Plex Gets iOS 7 Update
My Must-Have iPad Apps, 2013 Edition
Reeder 2.1 Released with Themes, Reading List Support, Fixes
Tweetbot 3.2 Brings Night Theme, Account Reordering and Quick Switching
Personal Search Results In Google with CloudMagic and Evernote
Following my decision to switch back to Google Chrome as my default desktop browser, I have installed two extensions that are making Google search results more useful for me.
Last week, I installed the Evernote web clipper for Chrome, which was capable of displaying my own Evernote notes alongside Google’s search results. This means I can look for, say, “AppleScript iTunes” and likely find something that I had already clipped in Evernote in the past. It is a powerful addition when combined with Evernote’s new Related Notes feature; it also allows me (in the extension’s options) to make the thumbnail results open directly with the Evernote Mac app when clicked. Evernote announced yesterday the possibility to have the same kind of inline results with Safari.
CloudMagic is fast: it can search across thousands of indexed items in seconds, with results updating in real time. It is astonishingly accurate, even when it has to match a couple of words with, say, hundreds of tweets from last year or an Evernote PDF inside a nested notebook. I use CloudMagic on a daily basis to retrieve old tweets (as reference material), email messages, or notes; in fact, I would say the app has better search than Evernote’s iOS app. Which, by the way, is supported with an URL scheme – so you’ll be able to search notes and open them directly in the Evernote app.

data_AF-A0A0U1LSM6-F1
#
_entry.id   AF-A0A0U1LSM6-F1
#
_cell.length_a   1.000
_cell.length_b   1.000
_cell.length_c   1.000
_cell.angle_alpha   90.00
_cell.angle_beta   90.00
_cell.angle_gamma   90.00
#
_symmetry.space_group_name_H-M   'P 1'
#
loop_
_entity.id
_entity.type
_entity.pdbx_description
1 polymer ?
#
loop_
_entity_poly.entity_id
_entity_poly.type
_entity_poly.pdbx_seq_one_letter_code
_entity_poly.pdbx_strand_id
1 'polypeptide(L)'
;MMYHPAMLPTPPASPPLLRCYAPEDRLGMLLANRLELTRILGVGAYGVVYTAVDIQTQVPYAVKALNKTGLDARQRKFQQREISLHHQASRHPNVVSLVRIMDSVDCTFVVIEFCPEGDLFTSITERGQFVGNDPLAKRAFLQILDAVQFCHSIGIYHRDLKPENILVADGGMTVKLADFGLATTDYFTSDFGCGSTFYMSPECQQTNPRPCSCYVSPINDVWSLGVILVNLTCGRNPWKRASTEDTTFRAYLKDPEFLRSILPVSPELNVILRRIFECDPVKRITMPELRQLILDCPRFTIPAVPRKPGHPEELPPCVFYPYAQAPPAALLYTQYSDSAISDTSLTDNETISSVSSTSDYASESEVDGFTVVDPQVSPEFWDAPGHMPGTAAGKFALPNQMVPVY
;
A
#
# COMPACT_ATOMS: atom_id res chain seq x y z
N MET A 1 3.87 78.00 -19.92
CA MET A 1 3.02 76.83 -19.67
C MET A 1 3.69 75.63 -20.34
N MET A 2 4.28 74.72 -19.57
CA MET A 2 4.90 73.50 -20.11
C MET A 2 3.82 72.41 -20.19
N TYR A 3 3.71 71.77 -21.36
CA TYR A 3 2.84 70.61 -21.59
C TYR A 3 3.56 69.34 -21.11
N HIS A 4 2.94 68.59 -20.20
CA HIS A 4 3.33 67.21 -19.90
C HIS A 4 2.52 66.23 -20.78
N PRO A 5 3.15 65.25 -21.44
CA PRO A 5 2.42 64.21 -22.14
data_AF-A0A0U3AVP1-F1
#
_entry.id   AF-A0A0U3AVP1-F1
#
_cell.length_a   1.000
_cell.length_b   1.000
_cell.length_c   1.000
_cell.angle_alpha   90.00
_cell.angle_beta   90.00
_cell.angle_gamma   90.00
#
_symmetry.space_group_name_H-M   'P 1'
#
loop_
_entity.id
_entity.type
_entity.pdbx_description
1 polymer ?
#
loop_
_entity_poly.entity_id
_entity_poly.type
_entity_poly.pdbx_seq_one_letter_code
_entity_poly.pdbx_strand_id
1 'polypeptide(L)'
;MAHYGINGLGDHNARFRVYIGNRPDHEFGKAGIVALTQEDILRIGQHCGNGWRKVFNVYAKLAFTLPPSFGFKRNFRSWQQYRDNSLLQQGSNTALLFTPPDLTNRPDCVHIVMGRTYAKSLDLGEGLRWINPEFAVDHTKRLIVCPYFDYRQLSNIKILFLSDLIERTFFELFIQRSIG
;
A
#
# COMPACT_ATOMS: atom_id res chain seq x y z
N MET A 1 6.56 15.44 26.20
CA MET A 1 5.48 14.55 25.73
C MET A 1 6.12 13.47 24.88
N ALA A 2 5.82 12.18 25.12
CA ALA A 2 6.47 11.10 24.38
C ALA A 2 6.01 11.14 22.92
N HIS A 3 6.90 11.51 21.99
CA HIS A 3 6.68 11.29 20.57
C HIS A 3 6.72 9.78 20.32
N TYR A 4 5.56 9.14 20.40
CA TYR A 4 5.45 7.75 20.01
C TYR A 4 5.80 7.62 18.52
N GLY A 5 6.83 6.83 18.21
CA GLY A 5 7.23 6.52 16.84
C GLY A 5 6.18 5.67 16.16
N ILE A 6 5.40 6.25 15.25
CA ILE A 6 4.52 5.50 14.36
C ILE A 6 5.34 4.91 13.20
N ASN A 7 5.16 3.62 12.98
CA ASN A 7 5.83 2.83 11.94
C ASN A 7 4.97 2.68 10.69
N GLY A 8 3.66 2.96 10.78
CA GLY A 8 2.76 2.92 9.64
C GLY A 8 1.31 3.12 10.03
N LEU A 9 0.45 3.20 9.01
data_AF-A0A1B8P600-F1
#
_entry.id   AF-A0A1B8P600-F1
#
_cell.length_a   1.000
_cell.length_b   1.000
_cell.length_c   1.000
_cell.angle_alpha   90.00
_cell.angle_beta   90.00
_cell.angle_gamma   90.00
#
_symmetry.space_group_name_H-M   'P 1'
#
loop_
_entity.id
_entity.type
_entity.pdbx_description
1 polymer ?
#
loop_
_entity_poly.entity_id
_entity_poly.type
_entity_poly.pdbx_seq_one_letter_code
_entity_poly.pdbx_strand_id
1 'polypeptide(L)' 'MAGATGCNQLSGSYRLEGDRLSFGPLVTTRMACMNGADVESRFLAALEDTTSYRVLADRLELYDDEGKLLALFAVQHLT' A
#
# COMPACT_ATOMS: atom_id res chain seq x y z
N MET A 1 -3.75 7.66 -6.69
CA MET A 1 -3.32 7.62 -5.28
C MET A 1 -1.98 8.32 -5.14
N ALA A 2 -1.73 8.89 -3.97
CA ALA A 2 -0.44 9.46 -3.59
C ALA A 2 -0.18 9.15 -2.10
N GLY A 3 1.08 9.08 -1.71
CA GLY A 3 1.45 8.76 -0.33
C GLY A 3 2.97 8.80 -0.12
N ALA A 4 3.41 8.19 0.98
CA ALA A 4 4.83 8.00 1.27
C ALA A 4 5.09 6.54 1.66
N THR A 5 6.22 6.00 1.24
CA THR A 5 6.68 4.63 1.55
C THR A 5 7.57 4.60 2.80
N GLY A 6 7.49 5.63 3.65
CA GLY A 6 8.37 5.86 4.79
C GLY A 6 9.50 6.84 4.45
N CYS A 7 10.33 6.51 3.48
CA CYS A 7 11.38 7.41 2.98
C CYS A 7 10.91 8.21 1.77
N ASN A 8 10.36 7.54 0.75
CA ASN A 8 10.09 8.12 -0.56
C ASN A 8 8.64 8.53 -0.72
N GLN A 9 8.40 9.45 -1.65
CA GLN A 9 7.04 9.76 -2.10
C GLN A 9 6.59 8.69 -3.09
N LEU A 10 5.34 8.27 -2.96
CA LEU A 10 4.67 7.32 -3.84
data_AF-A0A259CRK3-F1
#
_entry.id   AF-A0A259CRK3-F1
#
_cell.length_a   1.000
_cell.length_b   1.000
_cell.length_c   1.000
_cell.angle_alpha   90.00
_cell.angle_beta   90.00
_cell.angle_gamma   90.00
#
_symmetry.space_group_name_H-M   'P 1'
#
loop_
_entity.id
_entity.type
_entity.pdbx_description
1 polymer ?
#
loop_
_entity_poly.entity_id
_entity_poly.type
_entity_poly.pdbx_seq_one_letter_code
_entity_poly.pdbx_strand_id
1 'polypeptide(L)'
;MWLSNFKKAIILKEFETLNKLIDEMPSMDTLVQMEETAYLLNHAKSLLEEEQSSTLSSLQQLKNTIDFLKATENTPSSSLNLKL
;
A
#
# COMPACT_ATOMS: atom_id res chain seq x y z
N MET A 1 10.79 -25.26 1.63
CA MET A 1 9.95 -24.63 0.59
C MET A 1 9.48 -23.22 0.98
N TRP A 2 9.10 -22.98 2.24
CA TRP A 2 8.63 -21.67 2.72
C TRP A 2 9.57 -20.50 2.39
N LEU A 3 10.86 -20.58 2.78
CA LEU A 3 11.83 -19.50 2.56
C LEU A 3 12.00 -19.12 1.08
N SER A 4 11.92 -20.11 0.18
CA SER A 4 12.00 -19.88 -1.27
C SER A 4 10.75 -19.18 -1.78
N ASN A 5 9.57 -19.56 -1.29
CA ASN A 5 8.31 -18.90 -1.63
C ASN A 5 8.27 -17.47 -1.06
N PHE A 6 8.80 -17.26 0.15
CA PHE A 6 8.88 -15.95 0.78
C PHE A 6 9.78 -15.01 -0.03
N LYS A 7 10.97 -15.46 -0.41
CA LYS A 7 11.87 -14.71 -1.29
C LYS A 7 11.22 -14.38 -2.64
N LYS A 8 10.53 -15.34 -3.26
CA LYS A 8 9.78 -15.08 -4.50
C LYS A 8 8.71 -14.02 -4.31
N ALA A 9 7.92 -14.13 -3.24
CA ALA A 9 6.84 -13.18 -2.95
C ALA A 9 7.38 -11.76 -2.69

The new CloudMagic extension is exactly what you think it is. Once installed, it’ll find results for your Google query by looking inside the accounts you’ve already configured with CloudMagic. By using both Evernote and CloudMagic, I can get Google results in an instant (the main Google search results load first), then get relevant results from my email inbox, Twitter accounts, Dropbox and Evernote notes, and more Evernote related notes thanks to Evernote’s different algorithm. I would say that 50% of my searches are for items that I have already saved in the past but that I have also likely forgotten about. CloudMagic and Evernote results in the browser allow me to keep using Google but also have my own results show up alongside the normal search I’m used to.
The updated CloudMagic extension is available here.